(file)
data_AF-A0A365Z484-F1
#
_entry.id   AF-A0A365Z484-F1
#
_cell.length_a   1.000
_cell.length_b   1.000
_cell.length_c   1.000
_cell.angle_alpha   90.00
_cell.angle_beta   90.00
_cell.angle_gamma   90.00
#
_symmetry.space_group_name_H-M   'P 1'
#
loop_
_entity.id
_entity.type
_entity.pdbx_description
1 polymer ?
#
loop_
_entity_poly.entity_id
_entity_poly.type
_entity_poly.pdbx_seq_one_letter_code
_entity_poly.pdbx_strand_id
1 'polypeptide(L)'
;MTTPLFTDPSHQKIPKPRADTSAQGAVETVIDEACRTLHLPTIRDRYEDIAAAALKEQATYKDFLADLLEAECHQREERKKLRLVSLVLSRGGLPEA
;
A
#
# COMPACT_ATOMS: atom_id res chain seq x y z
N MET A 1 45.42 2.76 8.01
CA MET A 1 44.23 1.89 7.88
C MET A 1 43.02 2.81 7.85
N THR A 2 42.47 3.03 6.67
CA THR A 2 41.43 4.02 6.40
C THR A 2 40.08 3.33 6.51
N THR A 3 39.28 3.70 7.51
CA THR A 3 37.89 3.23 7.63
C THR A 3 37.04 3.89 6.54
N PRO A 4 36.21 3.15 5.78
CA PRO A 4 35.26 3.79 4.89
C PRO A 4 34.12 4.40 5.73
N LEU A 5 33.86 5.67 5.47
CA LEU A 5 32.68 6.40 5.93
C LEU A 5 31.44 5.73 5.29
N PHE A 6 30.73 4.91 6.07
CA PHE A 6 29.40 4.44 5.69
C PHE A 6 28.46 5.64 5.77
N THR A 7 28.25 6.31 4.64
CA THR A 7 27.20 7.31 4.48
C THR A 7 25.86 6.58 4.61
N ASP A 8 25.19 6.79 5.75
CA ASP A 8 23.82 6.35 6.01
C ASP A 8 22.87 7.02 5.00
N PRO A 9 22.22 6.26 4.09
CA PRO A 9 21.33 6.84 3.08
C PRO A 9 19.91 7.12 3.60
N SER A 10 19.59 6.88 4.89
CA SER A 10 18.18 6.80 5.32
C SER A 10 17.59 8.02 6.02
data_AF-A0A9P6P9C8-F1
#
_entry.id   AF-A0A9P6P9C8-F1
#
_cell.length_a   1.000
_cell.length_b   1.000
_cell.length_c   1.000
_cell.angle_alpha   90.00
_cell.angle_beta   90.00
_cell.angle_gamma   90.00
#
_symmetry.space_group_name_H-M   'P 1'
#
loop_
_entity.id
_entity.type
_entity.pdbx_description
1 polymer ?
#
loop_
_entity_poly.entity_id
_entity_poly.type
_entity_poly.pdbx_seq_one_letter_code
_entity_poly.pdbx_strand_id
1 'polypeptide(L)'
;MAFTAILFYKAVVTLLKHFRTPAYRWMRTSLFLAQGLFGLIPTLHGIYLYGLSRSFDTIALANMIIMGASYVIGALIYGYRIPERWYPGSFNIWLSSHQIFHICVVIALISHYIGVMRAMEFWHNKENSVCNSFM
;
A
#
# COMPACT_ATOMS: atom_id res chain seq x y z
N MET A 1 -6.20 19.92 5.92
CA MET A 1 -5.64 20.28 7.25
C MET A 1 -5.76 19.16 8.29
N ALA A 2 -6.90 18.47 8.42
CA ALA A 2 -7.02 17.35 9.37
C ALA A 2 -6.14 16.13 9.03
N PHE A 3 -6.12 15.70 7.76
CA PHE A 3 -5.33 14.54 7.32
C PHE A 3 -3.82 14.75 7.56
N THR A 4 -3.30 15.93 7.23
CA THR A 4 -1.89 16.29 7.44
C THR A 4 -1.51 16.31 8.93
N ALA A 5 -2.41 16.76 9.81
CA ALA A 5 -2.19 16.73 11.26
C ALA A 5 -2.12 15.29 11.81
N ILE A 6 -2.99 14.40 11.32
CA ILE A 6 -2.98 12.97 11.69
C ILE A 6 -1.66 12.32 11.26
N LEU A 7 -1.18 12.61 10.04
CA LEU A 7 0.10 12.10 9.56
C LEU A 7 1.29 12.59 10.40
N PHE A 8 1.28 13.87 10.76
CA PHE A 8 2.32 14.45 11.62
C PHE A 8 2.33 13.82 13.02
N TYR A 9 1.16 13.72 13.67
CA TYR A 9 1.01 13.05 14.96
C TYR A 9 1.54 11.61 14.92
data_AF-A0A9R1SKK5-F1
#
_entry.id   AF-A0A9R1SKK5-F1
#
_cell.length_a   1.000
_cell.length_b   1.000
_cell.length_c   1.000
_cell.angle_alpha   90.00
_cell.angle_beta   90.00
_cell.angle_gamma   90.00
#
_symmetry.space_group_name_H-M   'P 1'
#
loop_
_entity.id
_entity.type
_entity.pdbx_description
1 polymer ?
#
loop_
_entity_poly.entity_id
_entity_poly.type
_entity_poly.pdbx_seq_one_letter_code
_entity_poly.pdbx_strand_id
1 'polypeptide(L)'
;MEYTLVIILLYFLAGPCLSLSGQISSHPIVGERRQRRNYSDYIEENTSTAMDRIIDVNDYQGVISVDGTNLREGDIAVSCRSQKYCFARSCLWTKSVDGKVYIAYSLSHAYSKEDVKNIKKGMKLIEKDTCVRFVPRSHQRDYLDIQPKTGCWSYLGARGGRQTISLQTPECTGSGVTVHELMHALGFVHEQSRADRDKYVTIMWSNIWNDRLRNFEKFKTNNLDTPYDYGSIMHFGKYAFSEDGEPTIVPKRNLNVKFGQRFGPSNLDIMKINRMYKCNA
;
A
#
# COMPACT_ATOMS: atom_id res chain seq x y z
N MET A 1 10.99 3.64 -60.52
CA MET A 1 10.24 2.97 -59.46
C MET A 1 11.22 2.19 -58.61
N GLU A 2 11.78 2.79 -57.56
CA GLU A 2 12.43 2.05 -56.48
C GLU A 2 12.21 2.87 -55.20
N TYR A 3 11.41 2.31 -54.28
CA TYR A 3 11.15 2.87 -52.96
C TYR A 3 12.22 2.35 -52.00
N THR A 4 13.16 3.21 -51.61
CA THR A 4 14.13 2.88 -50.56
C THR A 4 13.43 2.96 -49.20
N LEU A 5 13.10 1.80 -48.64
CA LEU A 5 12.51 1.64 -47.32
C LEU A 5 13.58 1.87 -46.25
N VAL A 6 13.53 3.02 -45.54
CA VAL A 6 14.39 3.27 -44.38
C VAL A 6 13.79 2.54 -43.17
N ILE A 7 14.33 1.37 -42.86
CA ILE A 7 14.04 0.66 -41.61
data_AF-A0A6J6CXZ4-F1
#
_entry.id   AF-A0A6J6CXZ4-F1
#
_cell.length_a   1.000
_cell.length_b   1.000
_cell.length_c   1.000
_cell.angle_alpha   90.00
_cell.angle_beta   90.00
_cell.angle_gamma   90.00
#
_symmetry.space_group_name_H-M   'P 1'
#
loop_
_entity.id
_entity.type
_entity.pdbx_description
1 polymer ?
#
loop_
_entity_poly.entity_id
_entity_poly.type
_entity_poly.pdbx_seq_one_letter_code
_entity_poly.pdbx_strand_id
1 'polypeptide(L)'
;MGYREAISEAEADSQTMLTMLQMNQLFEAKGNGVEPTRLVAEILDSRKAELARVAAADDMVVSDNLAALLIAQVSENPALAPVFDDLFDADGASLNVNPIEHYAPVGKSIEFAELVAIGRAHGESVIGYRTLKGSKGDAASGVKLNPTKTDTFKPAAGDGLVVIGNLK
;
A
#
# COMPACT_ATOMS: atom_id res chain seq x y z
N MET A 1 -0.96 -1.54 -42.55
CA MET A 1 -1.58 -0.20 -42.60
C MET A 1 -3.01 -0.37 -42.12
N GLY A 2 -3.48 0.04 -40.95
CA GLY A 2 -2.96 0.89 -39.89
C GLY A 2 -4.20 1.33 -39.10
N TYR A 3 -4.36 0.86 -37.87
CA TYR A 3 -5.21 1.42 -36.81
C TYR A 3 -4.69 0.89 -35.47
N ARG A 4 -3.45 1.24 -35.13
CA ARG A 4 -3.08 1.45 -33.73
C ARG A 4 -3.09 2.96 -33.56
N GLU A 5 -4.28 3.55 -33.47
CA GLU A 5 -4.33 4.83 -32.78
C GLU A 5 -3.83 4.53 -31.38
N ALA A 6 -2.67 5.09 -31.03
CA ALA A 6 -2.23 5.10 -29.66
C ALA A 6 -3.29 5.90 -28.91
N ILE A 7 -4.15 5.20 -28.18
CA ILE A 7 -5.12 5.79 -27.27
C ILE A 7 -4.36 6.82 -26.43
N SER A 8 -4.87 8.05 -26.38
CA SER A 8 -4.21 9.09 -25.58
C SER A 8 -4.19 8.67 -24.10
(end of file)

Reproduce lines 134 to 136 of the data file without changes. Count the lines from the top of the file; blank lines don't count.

_entity.pdbx_description
1 polymer ?
#